Measuring 195m in length and capable of transporting 300 cars, 165 trucks and 1,800 passengers, the W.B. Yeats is dynamic in design and modern in technology, meeting both tourism and freight customer needs. Its separate 295-car deck is located directly beneath the accommodation decks, guaranteeing easy access for passengers. While the separation of commercial vehicles improves safety and allows for an optimised 2,800-lanemetre cargo intake.

Andrew Sheen, Managing Director of Irish Ferries said, “The Shippax Awards are among the most prestigious accolades within the cruise-ferry industry, so we are incredibly proud that the W.B. Yeats has been recognised both for its stunning interior and innovative design. The ship is a game changer not just in terms of cruise-ferry travel between France and Ireland, but also in the context of setting a new benchmark for cruise-ferry travel world-wide.”

The sailing is the first of up to four departures per week from France to Dublin and is expected provide a major boost to trade and tourism between France and Ireland.

Published in Ferry

#ferries - In another statement issued by Brittany Ferries, the operator has announced it is aware of press reports regarding financial setbacks at FSG, the German shipyard where its next ship, Honfleur is under construction.

The statement continued, FSG has made clear that these setbacks are a consequence of financial penalties imposed for late delivery of Irish Ferries newest ship, W.B. Yeats.

Regrettably, it is now clear that Brittany Ferries Honfleur, (which features the innovative LPG power plant), will not be delivered in time for the 2019 summer season, as scheduled. Everyone is disappointed by this news.

Brittany Ferries awaits a concrete proposal from FSG to secure the contract to deliver Honfleur. The company hopes this will come in the very near future and will communicate in more detail at that time.

Passengers who have booked travel on Honfleur from 9 July, will automatically be transferred to Brittany Ferries Normandie. The company apologises for any inconvenience and disappointment that this change will cause.

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#ferries - Irish Ferries have expressed its disappointment with the issuing of notices by the National Transport Authority (NTA) yesterday in respect of cancellations that arose following the delayed arrival of the new W.B. Yeats ship.

These cancellations were due to extraordinary circumstances which were completely outside of the company’s control. Since the delay was due to unforeseen delays by the shipbuilder FSG, and was notified to passengers months ahead of planned sailings, Irish Ferries does not agree that the company infringed the relevant EU Regulation. In dealing with its customers Irish Ferries believes it took every reasonable action to provide passengers with alternative travel options, from a no-quibble immediate refund to allow them to make alternative travel plans, as well as alternative sailings on the Oscar Wilde out of Rosslare Europort and Land-Bridge alternatives via the UK.

Irish Ferries would like to state again that it sincerely regrets the disruption to its passengers and once again conveys its apologies to all of those who were affected last year. A goodwill gesture of €150 discount for a sailing to France this year has already been provided to all customers impacted by the cancellations.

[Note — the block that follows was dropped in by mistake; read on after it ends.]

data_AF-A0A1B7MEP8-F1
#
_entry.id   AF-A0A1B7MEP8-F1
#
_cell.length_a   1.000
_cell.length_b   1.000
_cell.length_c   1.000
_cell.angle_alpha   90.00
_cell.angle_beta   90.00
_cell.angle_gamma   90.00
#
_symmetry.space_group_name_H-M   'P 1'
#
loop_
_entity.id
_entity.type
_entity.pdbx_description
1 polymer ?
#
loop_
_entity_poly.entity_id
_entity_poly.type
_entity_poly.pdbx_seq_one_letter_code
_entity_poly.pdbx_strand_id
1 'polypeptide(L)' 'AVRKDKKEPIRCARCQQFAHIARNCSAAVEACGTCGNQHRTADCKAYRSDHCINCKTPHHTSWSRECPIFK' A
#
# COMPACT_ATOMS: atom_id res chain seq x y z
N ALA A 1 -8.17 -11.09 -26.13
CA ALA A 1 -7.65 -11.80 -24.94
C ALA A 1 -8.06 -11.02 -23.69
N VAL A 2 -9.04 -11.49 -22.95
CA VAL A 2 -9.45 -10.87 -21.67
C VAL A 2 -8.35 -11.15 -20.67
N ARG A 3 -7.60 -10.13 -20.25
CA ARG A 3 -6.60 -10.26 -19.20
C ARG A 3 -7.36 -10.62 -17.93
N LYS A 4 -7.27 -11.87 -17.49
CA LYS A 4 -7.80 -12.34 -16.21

Ongoing discussions with the NTA on the interpretation of EU regulation has been a critical factor in regretfully concluding that we are unlikely to operate the Oscar Wilde to France out of Rosslare in 2019 – a service which has been in operation continuously for 45 years, providing the South East of the country with an important tourism and freight link directly to the European market. The NTA’s approach to the Regulation has contributed to making the route commercially unviable into the future. Furthermore, the NTA interpretation of the EU Regulation specifically regarding land bridge (i.e. travel between Ireland to France through Britain), significantly penalises regional ports due to their lower frequency of back up ferry services from Ireland to the UK in the event of a cancellation of a direct Continental service.

Irish Ferries has, on numerous occasions, attempted to engage with the NTA by offering to enter into a mediation process without any preconditions. The NTA have not taken up this offer. Irish Ferries will appeal the NTA’s decision in the courts (including, if needed, the European Court of Justice).

Irish Ferries firmly believe that consumer protection should be reasonable, proportionate and in full compliance with the law. We also believe it is essential to protect the viability of direct links to the Continent which is now all the more critical against the backdrop of Brexit.

Published in Ferry
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#ferries - The National Transport Authority has announced its decision concerning cancellation of WB Yeats sailings by Irish Ferries last summer and which has led the NTA today to serve notices on the operator that has two months to comply regarding maritime regulations. 

The NTA a statutory non-commercial body, which operates under the aegis of the Department of Transport, Tourism and Sport (DTTAS), issued information below on the cancelled sailings. In addition related documentation (pdf) downloads available from links on the NTA's website (see bottom of page).